Benign Paroxysmal Positional Vertigo

Benign Paroxysmal Positional Vertigo (BPPV) is an inner ear disorder in which changes in the position of the head, such as tipping the head backwards, lead to sudden vertigo. The vertigo sensation can range from mild to severe and usually lasts only a few minutes. It is most commonly attributed to calcium debris within the posterior semicircular canal, known as canalithiasis.

BPPV is not a sign of a serious problem, and it usually disappears on its own.
  • Symptoms
  • Spinning dizziness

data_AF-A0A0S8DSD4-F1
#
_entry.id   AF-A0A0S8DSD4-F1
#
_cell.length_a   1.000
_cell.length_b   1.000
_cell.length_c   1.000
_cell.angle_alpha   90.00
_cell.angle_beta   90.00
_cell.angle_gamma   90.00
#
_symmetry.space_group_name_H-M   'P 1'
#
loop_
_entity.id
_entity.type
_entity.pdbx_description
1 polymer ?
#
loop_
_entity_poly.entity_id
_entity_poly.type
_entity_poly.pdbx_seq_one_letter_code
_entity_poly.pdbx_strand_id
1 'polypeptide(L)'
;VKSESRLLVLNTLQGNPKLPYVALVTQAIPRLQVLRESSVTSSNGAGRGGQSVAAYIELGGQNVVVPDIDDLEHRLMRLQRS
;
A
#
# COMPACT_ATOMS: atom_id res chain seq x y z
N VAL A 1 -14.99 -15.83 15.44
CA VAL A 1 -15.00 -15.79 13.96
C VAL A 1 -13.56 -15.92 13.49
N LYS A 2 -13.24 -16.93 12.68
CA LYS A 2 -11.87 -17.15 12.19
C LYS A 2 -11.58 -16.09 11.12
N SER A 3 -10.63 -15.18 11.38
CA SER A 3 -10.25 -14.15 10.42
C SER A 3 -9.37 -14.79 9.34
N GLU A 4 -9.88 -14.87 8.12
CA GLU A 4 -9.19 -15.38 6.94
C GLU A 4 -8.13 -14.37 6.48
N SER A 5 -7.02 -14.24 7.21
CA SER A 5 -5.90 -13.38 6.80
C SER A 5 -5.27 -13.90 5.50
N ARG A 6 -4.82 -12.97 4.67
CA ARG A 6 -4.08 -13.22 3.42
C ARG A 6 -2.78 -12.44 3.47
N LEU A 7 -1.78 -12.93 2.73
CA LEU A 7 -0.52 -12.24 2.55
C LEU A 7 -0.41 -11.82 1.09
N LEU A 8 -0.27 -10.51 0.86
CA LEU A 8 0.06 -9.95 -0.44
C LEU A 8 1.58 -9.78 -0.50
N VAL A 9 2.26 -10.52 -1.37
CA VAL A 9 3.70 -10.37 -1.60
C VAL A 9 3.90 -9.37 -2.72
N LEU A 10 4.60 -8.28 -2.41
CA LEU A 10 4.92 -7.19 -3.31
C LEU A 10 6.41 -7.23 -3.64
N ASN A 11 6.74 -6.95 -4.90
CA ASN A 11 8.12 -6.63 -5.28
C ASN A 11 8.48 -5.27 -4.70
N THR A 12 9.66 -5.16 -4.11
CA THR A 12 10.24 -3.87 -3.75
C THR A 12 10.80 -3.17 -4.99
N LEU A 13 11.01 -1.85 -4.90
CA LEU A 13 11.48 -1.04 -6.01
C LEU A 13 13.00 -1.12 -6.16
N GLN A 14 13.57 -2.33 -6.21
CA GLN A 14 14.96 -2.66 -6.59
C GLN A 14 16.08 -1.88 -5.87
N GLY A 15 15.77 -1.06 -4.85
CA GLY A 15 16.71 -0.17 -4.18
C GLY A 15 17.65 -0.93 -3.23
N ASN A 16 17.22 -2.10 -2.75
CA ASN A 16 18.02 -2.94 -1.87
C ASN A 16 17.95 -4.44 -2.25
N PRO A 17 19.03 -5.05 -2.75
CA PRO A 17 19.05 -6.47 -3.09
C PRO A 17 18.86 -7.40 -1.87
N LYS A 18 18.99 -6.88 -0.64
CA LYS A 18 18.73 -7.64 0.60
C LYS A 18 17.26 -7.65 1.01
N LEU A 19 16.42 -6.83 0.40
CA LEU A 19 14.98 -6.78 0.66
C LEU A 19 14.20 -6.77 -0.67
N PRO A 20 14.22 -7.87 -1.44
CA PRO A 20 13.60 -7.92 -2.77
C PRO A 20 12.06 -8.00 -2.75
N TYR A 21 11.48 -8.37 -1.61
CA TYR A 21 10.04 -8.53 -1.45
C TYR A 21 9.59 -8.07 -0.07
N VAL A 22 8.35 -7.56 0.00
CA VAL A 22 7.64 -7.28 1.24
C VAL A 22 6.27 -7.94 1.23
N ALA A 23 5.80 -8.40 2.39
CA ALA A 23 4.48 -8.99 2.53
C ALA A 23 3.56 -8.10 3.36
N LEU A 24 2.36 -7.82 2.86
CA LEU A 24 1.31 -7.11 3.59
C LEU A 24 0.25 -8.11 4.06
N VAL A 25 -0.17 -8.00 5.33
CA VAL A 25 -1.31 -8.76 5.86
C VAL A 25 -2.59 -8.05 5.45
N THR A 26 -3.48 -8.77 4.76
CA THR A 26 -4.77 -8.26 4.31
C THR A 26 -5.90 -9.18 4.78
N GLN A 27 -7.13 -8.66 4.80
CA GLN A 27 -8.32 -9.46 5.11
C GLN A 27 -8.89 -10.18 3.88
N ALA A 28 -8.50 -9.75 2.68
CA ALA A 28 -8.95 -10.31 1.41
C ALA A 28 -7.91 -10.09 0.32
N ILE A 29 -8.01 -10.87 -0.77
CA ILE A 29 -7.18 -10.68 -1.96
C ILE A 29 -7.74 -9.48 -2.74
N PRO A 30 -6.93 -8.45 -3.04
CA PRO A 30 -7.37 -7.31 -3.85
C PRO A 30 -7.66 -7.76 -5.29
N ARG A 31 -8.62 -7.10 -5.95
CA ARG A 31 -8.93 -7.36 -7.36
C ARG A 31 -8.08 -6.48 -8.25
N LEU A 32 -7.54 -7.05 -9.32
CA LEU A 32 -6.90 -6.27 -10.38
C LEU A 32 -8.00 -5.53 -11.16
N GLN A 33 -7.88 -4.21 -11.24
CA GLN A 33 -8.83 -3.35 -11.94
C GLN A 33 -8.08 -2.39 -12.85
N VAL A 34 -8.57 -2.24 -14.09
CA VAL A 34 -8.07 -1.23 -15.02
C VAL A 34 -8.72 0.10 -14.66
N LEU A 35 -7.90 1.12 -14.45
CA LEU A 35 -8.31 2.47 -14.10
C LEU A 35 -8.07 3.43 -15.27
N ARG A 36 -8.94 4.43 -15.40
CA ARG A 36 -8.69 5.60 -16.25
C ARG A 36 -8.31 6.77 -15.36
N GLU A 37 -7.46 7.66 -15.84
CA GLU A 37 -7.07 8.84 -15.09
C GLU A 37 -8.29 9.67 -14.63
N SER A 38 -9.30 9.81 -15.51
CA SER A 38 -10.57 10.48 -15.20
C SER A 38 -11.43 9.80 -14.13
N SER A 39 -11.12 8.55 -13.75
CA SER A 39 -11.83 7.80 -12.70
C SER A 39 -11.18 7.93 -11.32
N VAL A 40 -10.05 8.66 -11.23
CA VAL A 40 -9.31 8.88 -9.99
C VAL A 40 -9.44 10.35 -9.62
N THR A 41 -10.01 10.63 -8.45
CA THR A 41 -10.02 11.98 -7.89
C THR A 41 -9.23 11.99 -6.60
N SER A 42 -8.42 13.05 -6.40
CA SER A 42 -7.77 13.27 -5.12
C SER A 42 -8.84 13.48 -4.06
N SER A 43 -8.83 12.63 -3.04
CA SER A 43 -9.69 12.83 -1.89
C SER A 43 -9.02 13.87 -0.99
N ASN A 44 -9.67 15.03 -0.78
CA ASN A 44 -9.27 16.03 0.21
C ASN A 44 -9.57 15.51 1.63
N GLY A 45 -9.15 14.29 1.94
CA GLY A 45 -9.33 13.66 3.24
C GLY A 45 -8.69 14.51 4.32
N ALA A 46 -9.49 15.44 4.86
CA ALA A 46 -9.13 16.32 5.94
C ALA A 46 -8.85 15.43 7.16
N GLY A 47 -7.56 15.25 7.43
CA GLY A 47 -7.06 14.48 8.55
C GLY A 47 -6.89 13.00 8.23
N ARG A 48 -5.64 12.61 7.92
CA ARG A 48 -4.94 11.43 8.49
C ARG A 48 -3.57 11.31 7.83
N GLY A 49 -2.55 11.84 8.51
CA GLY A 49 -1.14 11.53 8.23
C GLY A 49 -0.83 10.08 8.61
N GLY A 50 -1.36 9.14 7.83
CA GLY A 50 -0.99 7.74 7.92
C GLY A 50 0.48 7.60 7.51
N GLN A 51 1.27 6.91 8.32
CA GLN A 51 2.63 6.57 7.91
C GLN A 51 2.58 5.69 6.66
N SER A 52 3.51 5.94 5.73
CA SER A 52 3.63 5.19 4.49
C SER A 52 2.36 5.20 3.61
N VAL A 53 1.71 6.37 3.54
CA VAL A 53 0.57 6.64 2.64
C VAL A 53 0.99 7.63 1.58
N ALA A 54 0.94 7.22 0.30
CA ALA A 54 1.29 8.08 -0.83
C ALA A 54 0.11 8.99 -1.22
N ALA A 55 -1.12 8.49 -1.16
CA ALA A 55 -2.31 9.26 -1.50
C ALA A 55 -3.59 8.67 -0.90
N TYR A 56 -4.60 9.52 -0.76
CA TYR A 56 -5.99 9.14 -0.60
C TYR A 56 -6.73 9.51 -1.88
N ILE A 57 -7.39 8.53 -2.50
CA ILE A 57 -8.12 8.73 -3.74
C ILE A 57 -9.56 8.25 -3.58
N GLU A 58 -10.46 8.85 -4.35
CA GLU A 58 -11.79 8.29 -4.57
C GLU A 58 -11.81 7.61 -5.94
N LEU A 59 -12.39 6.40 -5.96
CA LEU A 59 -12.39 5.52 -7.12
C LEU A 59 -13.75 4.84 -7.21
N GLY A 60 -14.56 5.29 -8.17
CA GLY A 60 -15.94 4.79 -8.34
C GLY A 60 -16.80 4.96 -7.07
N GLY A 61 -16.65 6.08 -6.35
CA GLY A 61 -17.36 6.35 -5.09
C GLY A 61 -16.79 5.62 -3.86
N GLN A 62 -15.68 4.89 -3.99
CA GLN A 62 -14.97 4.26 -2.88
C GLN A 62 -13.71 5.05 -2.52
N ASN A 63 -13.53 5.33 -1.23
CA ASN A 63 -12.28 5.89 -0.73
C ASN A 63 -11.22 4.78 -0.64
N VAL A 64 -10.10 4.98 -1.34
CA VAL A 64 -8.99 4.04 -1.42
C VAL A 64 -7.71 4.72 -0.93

• Lasts one minute or less

    • Recurrent

    • Precipitated by head movement

    or Dizziness


    Feeling unsteady


    Feel like vomiting


    Throwing up

  • Risk factors
  • History of stroke

    or Head injury

  • Treatment
  • Benign paroxysmal positional vertigo (BPPV) may go away in a few weeks by itself. If treatment is needed, it usually consists of head exercises. These exercises will move the particles out of the semicircular canals of your inner ear to a place where they will not cause vertigo, it is known as the particle Repositioning Maneuver.
  • Recommended specialist
  • If you have Benign Paroxysmal Positional Vertigo, then a visit to an ENT specialist is recommended.

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